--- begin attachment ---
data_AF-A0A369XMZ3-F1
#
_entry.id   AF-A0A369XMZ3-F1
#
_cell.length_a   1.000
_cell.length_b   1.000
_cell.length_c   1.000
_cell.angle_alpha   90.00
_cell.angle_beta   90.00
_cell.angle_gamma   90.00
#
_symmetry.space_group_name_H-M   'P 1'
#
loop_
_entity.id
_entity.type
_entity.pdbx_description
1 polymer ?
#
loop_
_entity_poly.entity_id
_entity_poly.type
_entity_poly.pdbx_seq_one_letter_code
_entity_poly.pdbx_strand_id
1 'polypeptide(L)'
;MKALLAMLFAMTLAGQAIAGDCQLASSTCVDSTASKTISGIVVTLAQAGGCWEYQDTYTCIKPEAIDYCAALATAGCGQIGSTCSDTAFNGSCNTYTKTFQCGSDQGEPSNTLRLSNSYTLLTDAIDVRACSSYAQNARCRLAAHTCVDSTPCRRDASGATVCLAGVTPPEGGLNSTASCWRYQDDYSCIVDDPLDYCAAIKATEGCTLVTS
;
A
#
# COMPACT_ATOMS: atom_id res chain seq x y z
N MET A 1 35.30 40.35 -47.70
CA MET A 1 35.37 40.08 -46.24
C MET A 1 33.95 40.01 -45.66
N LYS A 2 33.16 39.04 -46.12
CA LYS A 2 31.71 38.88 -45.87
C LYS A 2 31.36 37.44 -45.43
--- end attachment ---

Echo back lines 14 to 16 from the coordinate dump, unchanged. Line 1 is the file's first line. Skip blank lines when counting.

loop_
_entity.id
_entity.type